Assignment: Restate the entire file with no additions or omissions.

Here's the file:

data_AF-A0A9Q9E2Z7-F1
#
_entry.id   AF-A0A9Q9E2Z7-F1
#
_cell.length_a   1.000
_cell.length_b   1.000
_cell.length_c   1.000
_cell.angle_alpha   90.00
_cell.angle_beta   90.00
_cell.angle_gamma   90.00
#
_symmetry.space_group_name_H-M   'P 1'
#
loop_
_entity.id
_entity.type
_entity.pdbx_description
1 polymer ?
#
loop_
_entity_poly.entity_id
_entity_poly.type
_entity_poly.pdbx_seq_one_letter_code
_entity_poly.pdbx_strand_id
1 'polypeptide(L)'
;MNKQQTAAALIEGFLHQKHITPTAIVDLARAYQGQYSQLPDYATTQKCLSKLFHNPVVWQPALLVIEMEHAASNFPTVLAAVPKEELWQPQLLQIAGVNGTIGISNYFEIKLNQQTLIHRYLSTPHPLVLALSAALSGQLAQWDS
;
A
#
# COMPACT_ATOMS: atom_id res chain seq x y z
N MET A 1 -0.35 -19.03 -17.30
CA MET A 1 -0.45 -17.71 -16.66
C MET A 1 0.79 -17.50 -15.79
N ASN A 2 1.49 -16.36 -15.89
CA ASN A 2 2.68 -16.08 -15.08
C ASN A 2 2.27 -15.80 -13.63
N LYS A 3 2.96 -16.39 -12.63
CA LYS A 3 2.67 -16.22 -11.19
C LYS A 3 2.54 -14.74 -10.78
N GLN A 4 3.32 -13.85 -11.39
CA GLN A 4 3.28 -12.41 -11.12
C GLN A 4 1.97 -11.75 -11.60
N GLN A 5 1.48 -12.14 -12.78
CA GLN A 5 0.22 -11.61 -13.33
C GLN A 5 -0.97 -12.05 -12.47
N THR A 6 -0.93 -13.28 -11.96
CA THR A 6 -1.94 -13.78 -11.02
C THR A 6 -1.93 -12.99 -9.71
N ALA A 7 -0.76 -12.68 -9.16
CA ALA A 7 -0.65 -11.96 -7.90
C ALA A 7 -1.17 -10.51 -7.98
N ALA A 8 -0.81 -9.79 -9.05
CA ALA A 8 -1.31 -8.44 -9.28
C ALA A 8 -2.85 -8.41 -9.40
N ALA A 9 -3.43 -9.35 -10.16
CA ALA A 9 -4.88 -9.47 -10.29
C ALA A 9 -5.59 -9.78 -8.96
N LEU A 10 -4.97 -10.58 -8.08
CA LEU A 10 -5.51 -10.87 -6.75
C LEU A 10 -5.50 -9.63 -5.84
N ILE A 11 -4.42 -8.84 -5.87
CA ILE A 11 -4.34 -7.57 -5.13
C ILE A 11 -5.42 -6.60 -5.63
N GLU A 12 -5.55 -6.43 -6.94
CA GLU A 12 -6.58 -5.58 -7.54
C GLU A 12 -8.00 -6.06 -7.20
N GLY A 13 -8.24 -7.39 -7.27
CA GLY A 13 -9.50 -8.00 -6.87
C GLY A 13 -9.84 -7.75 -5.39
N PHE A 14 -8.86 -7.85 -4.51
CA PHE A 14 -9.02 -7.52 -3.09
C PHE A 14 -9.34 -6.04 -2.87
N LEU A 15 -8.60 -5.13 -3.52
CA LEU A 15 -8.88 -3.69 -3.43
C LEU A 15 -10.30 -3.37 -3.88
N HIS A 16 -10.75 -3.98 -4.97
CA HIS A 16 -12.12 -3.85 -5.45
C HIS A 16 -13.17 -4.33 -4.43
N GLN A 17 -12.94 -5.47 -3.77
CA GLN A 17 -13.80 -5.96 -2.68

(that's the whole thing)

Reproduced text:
data_AF-A0A9Q9E2Z7-F1
#
_entry.id   AF-A0A9Q9E2Z7-F1
#
_cell.length_a   1.000
_cell.length_b   1.000
_cell.length_c   1.000
_cell.angle_alpha   90.00
_cell.angle_beta   90.00
_cell.angle_gamma   90.00
#
_symmetry.space_group_name_H-M   'P 1'
#
loop_
_entity.id
_entity.type
_entity.pdbx_description
1 polymer ?
#
loop_
_entity_poly.entity_id
_entity_poly.type
_entity_poly.pdbx_seq_one_letter_code
_entity_poly.pdbx_strand_id
1 'polypeptide(L)'
;MNKQQTAAALIEGFLHQKHITPTAIVDLARAYQGQYSQLPDYATTQKCLSKLFHNPVVWQPALLVIEMEHAASNFPTVLAAVPKEELWQPQLLQIAGVNGTIGISNYFEIKLNQQTLIHRYLSTPHPLVLALSAALSGQLAQWDS
;
A
#
# COMPACT_ATOMS: atom_id res chain seq x y z
N MET A 1 -0.35 -19.03 -17.30
CA MET A 1 -0.45 -17.71 -16.66
C MET A 1 0.79 -17.50 -15.79
N ASN A 2 1.49 -16.36 -15.89
CA ASN A 2 2.68 -16.08 -15.08
C ASN A 2 2.27 -15.80 -13.63
N LYS A 3 2.96 -16.39 -12.63
CA LYS A 3 2.67 -16.22 -11.19
C LYS A 3 2.54 -14.74 -10.78
N GLN A 4 3.32 -13.85 -11.39
CA GLN A 4 3.28 -12.41 -11.12
C GLN A 4 1.97 -11.75 -11.60
N GLN A 5 1.48 -12.14 -12.78
CA GLN A 5 0.22 -11.61 -13.33
C GLN A 5 -0.97 -12.05 -12.47
N THR A 6 -0.93 -13.28 -11.96
CA THR A 6 -1.94 -13.78 -11.02
C THR A 6 -1.93 -12.99 -9.71
N ALA A 7 -0.76 -12.68 -9.16
CA ALA A 7 -0.65 -11.96 -7.90
C ALA A 7 -1.17 -10.51 -7.98
N ALA A 8 -0.81 -9.79 -9.05
CA ALA A 8 -1.31 -8.44 -9.28
C ALA A 8 -2.85 -8.41 -9.40
N ALA A 9 -3.43 -9.35 -10.16
CA ALA A 9 -4.88 -9.47 -10.29
C ALA A 9 -5.59 -9.78 -8.96
N LEU A 10 -4.97 -10.58 -8.08
CA LEU A 10 -5.51 -10.87 -6.75
C LEU A 10 -5.50 -9.63 -5.84
N ILE A 11 -4.42 -8.84 -5.87
CA ILE A 11 -4.34 -7.57 -5.13
C ILE A 11 -5.42 -6.60 -5.63
N GLU A 12 -5.55 -6.43 -6.94
CA GLU A 12 -6.58 -5.58 -7.54
C GLU A 12 -8.00 -6.06 -7.20
N GLY A 13 -8.24 -7.39 -7.27
CA GLY A 13 -9.50 -8.00 -6.87
C GLY A 13 -9.84 -7.75 -5.39
N PHE A 14 -8.86 -7.85 -4.51
CA PHE A 14 -9.02 -7.52 -3.09
C PHE A 14 -9.34 -6.04 -2.87
N LEU A 15 -8.60 -5.13 -3.52
CA LEU A 15 -8.88 -3.69 -3.43
C LEU A 15 -10.30 -3.37 -3.88
N HIS A 16 -10.75 -3.98 -4.97
CA HIS A 16 -12.12 -3.85 -5.45
C HIS A 16 -13.17 -4.33 -4.43
N GLN A 17 -12.94 -5.47 -3.77
CA GLN A 17 -13.80 -5.96 -2.68